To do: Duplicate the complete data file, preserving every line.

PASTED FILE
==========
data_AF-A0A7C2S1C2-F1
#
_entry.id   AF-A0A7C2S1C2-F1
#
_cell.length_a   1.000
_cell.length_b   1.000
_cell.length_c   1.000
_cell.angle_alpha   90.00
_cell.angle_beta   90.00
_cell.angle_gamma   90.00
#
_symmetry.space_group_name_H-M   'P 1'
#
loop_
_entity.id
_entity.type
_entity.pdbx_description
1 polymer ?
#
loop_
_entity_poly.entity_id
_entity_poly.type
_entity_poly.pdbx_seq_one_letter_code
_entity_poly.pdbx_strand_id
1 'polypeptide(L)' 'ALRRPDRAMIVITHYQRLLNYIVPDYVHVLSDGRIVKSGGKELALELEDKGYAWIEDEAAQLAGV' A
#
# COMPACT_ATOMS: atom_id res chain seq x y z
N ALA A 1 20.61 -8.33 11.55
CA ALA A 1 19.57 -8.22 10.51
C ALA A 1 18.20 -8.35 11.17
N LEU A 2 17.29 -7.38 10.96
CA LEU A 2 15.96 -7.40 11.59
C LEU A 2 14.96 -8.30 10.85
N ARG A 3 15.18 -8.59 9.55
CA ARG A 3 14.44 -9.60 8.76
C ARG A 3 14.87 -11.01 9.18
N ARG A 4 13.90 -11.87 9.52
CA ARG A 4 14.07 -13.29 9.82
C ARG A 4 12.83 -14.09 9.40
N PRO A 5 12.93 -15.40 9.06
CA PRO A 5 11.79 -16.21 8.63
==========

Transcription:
data_AF-A0A7C2S1C2-F1
#
_entry.id   AF-A0A7C2S1C2-F1
#
_cell.length_a   1.000
_cell.length_b   1.000
_cell.length_c   1.000
_cell.angle_alpha   90.00
_cell.angle_beta   90.00
_cell.angle_gamma   90.00
#
_symmetry.space_group_name_H-M   'P 1'
#
loop_
_entity.id
_entity.type
_entity.pdbx_description
1 polymer ?
#
loop_
_entity_poly.entity_id
_entity_poly.type
_entity_poly.pdbx_seq_one_letter_code
_entity_poly.pdbx_strand_id
1 'polypeptide(L)' 'ALRRPDRAMIVITHYQRLLNYIVPDYVHVLSDGRIVKSGGKELALELEDKGYAWIEDEAAQLAGV' A
#
# COMPACT_ATOMS: atom_id res chain seq x y z
N ALA A 1 20.61 -8.33 11.55
CA ALA A 1 19.57 -8.22 10.51
C ALA A 1 18.20 -8.35 11.17
N LEU A 2 17.29 -7.38 10.96
CA LEU A 2 15.96 -7.40 11.59
C LEU A 2 14.96 -8.30 10.85
N ARG A 3 15.18 -8.59 9.55
CA ARG A 3 14.44 -9.60 8.76
C ARG A 3 14.87 -11.01 9.18
N ARG A 4 13.90 -11.87 9.52
CA ARG A 4 14.07 -13.29 9.82
C ARG A 4 12.83 -14.09 9.40
N PRO A 5 12.93 -15.40 9.06
CA PRO A 5 11.79 -16.21 8.63